‘Westies’ (West Junior High Class of ‘54) invited to join picnic at Thorndale July 31

       They call themselves “Westies.” They remember fondly their youthful days together, playing and growing up on the Westside, attending the same schools and graduating from West Junior High as the Class of 1954.

Classmates Jean Wreath and Johnnie Mulnix at West Junior's 1954 prom.
Courtesy of Jean Wreath Shom

       The Westies liked each other so well that they've started setting up their own reunion picnics. The first was in July 2008 at Thorndale Park, with about 25 in attendance (including several from out of state). Another is planned Saturday, July 31, from 11:30 a.m. to 3:30 p.m., also in Thorndale.
       “Getting along well was an incredible factor,” said classmate David Bylund, a retired engineer who left this area in 1970 and now lives in Oregon. “The other thing was that we were so free to play outside in the neighborhoods. We had endless hours to do stuff. It was girls and boys, and it was more like tens of kids, not just two kids.”
       “It was a fun time growing up here in the 1950s,” recalled Charlene (Bryant) Davis, a retired dental assistant who currently lives in the south part of Colorado Springs. A favorite memory is Thorndale Park iced over in winter, which allowed skating and hockey. “It was simpler then; you didn't have to worry about getting sued,” she commented.
       Jean (Wreath) Shom, now a respected artist, has a photo of herself and classmate Johnnie Mulnix (now deceased) from West's 1954 prom. When the photo (at left) was taken, she recalled in an e-mail, “he had just arrived at my house on South 11th Street driving his parents' car - his father watching carefully from the back seat. (We were 14 years old.)... It's been so much fun reconnecting with these friends from so long ago and re-kindling our love for the Westside and each other.”
       A favorite memory of Bylund's is the “chug races” - an early version of the modern soapbox derby cars, in which he and his friends would make cars out of spare parts lying around their houses, then roll them down the 19th Street hill, steering them with ropes and no brakes. Wheels were always the hard part. “We didn't have any money, so we'd tear apart baby buggies or wagons,” Bylund said.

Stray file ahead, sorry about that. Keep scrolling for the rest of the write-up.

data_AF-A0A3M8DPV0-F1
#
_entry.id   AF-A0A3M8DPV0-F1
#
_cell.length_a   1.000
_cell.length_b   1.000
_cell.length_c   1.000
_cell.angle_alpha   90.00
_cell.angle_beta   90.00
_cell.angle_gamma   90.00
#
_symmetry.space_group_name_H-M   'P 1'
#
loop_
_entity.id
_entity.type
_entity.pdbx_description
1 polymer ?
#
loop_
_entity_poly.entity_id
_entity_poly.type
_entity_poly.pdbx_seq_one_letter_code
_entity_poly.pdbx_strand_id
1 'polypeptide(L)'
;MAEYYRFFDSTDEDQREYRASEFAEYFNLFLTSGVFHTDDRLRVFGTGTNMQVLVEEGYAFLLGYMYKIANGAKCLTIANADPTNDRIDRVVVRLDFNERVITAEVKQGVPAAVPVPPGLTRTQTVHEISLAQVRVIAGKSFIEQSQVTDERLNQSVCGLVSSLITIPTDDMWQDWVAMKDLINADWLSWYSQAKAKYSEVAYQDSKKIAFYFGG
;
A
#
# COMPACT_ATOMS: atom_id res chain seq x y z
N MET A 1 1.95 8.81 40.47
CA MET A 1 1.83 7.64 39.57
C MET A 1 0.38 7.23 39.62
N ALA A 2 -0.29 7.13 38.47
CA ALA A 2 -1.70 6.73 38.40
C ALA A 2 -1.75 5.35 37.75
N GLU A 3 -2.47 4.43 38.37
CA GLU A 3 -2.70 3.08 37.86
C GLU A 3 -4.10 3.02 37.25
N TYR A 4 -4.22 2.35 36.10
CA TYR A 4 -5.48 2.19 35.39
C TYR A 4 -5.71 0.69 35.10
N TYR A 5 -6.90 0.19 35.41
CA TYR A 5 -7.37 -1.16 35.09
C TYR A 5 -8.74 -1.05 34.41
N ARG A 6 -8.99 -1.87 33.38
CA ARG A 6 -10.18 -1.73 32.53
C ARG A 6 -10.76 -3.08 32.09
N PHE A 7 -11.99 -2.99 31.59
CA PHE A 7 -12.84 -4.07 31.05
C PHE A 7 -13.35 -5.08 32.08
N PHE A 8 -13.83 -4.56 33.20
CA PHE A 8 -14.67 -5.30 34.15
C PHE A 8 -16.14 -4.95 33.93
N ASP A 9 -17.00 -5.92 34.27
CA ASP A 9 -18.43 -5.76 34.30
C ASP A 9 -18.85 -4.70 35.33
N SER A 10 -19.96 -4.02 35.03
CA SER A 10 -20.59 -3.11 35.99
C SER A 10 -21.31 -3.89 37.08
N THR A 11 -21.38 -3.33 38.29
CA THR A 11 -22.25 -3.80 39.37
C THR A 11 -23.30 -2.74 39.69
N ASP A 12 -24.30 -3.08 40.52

Those wishing to attend July 31 don't need to give advance notice, but all will need to bring their own food and lawn chairs, if they like. The Westies hope to use the park pavilion, but that's a first come, first served deal, as they discovered to their chagrin in '08 when, after several of the group had cleaned it the day before, they lost out to earlier arrivals on the day of the reunion. But luckily, Davis's husband had packed along sawhorses and a sheet of plywood, which provided a flat place for the food.
       The picnic is intended for the 1954 West class, although others from the era are welcome to attend if they want to.
       For more information, contact Davis at 576-8410 or charlene5001@aol.com.
       Davis credited Bylund for coming up with the picnic concept. Most of the Westies had gone on to graduate from Colorado Springs High School (now Palmer) in 1957, and several met up again in 2007 at that class' 50-year reunion. “When you skip 50 years and then reconnect, you're not super-close, but you relate and remember a lot of good stuff and enjoy what's going on in people's lives now,” Bylund said.

A group photo from the 2008 picnic includes Jean Shom (front, third from left), Charlene Davis (to her left) and David Bylund (rear, fourth from right).
Courtesy of Charlene Davis

       Inspired, he helped organize the Westsie picnic in 2008. He'd already planned to come to town that year for his wife's Cheyenne Mountain High School reunion. “Since we'd be there, we invited others [from the '54 class] and we got a list together, and it kind of grew out of that,” he said. “It came down to: We'll be there; will anybody else come?”
       Lloyd Needham, another class member who is credited with coining the “Westies” name, waxed nostalgic in a written recollection. “As I look through the 1954 West Junior Citizen [the class' small equivalent of a yearbook] at the kids in the photos, it is hard to realize we are all now in our 70s. Some of us are blessed with a long life; others have passed away over the years and are missed. Others are still around and we enjoy e-mails now and again. I will always remember these “kids” the way we were then. It makes no difference if some fell on hard times, others failed, or others have achieved great success. We are all the Westies of the Class of 1954.”

Westside Pioneer article

Editor’s note: An upcoming Westside Pioneer will include short pieces about their West school days by Bylund and Needham.